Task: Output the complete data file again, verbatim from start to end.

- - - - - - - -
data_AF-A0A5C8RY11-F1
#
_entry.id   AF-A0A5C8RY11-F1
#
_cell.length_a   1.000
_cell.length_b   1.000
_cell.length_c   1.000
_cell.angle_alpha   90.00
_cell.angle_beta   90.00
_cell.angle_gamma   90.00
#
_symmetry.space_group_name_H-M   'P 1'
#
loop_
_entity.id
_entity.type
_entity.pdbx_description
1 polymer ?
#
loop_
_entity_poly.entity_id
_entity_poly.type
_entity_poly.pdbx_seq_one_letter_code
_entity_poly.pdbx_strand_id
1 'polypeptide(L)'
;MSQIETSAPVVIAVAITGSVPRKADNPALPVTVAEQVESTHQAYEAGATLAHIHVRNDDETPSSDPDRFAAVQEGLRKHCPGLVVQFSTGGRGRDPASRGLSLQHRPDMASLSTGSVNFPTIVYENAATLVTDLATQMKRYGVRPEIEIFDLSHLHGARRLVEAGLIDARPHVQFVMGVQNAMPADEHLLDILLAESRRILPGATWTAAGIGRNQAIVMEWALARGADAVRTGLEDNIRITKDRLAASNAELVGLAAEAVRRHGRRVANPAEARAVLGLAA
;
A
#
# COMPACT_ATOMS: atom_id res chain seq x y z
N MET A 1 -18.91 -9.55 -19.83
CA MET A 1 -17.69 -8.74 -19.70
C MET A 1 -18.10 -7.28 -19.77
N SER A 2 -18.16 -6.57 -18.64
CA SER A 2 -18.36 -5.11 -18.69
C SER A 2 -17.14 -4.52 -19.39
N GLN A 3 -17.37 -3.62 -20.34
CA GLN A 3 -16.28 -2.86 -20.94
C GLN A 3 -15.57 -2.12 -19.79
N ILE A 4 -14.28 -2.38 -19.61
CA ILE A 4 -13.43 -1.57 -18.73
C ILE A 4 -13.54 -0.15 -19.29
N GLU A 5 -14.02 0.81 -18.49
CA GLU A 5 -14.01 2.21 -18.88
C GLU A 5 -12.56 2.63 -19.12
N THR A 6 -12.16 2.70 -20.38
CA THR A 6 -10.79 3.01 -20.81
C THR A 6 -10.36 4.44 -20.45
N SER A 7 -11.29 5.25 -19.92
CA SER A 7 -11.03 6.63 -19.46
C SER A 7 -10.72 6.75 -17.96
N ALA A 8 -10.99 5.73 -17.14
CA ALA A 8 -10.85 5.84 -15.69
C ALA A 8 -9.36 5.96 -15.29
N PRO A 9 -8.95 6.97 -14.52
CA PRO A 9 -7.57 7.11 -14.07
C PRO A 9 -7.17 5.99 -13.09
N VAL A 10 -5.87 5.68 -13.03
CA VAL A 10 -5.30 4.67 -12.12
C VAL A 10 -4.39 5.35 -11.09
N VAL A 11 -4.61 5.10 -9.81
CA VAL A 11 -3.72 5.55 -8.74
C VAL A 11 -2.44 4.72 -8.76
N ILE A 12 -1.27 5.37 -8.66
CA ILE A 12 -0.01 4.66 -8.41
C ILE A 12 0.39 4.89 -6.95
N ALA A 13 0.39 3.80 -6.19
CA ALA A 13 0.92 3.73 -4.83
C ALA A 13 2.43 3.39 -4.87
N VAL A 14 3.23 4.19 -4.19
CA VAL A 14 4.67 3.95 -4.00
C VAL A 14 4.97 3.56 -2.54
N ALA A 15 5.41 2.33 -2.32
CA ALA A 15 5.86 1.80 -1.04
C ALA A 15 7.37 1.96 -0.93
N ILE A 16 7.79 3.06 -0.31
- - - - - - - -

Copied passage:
data_AF-A0A5C8RY11-F1
#
_entry.id   AF-A0A5C8RY11-F1
#
_cell.length_a   1.000
_cell.length_b   1.000
_cell.length_c   1.000
_cell.angle_alpha   90.00
_cell.angle_beta   90.00
_cell.angle_gamma   90.00
#
_symmetry.space_group_name_H-M   'P 1'
#
loop_
_entity.id
_entity.type
_entity.pdbx_description
1 polymer ?
#
loop_
_entity_poly.entity_id
_entity_poly.type
_entity_poly.pdbx_seq_one_letter_code
_entity_poly.pdbx_strand_id
1 'polypeptide(L)'
;MSQIETSAPVVIAVAITGSVPRKADNPALPVTVAEQVESTHQAYEAGATLAHIHVRNDDETPSSDPDRFAAVQEGLRKHCPGLVVQFSTGGRGRDPASRGLSLQHRPDMASLSTGSVNFPTIVYENAATLVTDLATQMKRYGVRPEIEIFDLSHLHGARRLVEAGLIDARPHVQFVMGVQNAMPADEHLLDILLAESRRILPGATWTAAGIGRNQAIVMEWALARGADAVRTGLEDNIRITKDRLAASNAELVGLAAEAVRRHGRRVANPAEARAVLGLAA
;
A
#
# COMPACT_ATOMS: atom_id res chain seq x y z
N MET A 1 -18.91 -9.55 -19.83
CA MET A 1 -17.69 -8.74 -19.70
C MET A 1 -18.10 -7.28 -19.77
N SER A 2 -18.16 -6.57 -18.64
CA SER A 2 -18.36 -5.11 -18.69
C SER A 2 -17.14 -4.52 -19.39
N GLN A 3 -17.37 -3.62 -20.34
CA GLN A 3 -16.28 -2.86 -20.94
C GLN A 3 -15.57 -2.12 -19.79
N ILE A 4 -14.28 -2.38 -19.61
CA ILE A 4 -13.43 -1.57 -18.73
C ILE A 4 -13.54 -0.15 -19.29
N GLU A 5 -14.02 0.81 -18.49
CA GLU A 5 -14.01 2.21 -18.88
C GLU A 5 -12.56 2.63 -19.12
N THR A 6 -12.16 2.70 -20.38
CA THR A 6 -10.79 3.01 -20.81
C THR A 6 -10.36 4.44 -20.45
N SER A 7 -11.29 5.25 -19.92
CA SER A 7 -11.03 6.63 -19.46
C SER A 7 -10.72 6.75 -17.96
N ALA A 8 -10.99 5.73 -17.14
CA ALA A 8 -10.85 5.84 -15.69
C ALA A 8 -9.36 5.96 -15.29
N PRO A 9 -8.95 6.97 -14.52
CA PRO A 9 -7.57 7.11 -14.07
C PRO A 9 -7.17 5.99 -13.09
N VAL A 10 -5.87 5.68 -13.03
CA VAL A 10 -5.30 4.67 -12.12
C VAL A 10 -4.39 5.35 -11.09
N VAL A 11 -4.61 5.10 -9.81
CA VAL A 11 -3.72 5.55 -8.74
C VAL A 11 -2.44 4.72 -8.76
N ILE A 12 -1.27 5.37 -8.66
CA ILE A 12 -0.01 4.66 -8.41
C ILE A 12 0.39 4.89 -6.95
N ALA A 13 0.39 3.80 -6.19
CA ALA A 13 0.92 3.73 -4.83
C ALA A 13 2.43 3.39 -4.87
N VAL A 14 3.23 4.19 -4.19
CA VAL A 14 4.67 3.95 -4.00
C VAL A 14 4.97 3.56 -2.54
N ALA A 15 5.41 2.33 -2.32
CA ALA A 15 5.86 1.80 -1.04
C ALA A 15 7.37 1.96 -0.93
N ILE A 16 7.79 3.06 -0.31